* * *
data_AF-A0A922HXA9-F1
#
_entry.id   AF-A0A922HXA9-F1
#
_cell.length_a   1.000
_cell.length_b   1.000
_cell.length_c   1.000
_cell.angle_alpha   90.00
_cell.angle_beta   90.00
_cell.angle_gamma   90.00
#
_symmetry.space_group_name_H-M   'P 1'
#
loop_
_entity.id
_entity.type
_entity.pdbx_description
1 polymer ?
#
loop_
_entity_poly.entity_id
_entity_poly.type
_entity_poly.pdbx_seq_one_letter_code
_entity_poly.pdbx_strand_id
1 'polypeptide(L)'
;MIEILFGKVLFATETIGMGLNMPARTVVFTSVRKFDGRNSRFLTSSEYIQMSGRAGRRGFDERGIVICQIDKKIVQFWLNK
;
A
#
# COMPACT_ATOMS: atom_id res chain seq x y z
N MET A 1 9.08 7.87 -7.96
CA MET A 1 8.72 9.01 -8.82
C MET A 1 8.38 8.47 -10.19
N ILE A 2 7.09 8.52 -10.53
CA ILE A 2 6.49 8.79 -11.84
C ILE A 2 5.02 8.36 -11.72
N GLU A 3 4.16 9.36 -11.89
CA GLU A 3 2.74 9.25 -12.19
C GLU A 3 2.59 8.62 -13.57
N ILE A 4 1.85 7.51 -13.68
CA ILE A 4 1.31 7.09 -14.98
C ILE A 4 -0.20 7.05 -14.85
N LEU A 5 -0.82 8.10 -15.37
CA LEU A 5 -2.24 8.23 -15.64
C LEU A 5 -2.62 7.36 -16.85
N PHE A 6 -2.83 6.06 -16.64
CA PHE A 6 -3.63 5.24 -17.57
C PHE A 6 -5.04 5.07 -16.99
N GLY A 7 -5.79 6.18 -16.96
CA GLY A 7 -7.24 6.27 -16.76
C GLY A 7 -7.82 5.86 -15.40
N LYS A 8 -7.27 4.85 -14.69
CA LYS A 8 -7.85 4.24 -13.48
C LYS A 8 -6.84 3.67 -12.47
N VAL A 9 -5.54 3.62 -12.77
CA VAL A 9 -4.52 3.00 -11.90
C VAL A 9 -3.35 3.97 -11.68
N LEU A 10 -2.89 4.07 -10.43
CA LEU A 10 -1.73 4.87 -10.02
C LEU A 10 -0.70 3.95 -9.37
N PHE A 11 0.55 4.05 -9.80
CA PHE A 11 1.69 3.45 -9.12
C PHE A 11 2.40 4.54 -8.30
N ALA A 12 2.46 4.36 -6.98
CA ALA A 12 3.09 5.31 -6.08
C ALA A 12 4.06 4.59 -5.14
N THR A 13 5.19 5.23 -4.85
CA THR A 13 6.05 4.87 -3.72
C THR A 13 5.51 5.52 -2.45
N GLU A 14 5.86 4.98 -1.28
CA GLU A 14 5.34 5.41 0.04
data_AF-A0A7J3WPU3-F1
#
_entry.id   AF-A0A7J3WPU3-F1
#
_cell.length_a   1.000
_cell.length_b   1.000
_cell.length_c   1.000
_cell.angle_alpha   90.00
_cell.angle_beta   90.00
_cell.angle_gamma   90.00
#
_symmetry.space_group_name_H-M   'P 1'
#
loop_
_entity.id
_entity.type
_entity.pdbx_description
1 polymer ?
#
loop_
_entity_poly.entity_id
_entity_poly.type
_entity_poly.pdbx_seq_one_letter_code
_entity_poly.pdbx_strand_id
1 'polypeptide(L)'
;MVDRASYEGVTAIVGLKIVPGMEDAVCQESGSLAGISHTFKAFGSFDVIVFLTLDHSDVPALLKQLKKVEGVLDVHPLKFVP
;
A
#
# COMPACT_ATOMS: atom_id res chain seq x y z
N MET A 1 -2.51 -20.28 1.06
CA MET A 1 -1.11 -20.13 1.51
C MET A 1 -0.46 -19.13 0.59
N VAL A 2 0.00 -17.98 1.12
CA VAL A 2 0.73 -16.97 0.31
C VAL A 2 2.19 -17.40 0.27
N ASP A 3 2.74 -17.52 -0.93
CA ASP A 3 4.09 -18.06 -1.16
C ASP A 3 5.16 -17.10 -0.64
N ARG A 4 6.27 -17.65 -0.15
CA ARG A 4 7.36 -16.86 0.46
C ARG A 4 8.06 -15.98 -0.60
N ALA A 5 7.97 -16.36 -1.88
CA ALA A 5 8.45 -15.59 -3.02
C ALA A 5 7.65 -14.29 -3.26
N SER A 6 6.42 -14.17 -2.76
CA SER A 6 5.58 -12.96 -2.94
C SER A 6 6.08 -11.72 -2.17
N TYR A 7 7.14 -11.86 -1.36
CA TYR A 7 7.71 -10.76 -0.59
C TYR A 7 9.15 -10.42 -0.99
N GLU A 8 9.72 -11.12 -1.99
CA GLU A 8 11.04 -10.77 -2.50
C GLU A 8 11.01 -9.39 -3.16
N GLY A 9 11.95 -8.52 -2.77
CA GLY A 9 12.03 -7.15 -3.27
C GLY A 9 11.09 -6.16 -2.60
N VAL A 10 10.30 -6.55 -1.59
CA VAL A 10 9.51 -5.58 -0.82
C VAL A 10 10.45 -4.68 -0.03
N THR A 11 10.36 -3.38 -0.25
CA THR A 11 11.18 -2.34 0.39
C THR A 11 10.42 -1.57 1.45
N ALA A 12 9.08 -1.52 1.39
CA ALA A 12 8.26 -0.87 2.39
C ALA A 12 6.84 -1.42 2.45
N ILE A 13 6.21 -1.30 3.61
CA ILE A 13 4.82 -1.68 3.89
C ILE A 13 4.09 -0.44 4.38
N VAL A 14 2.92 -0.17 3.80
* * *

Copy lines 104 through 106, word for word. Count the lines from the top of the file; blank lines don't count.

C MET A 1 -0.46 -19.13 0.59
N VAL A 2 0.00 -17.98 1.12
CA VAL A 2 0.73 -16.97 0.31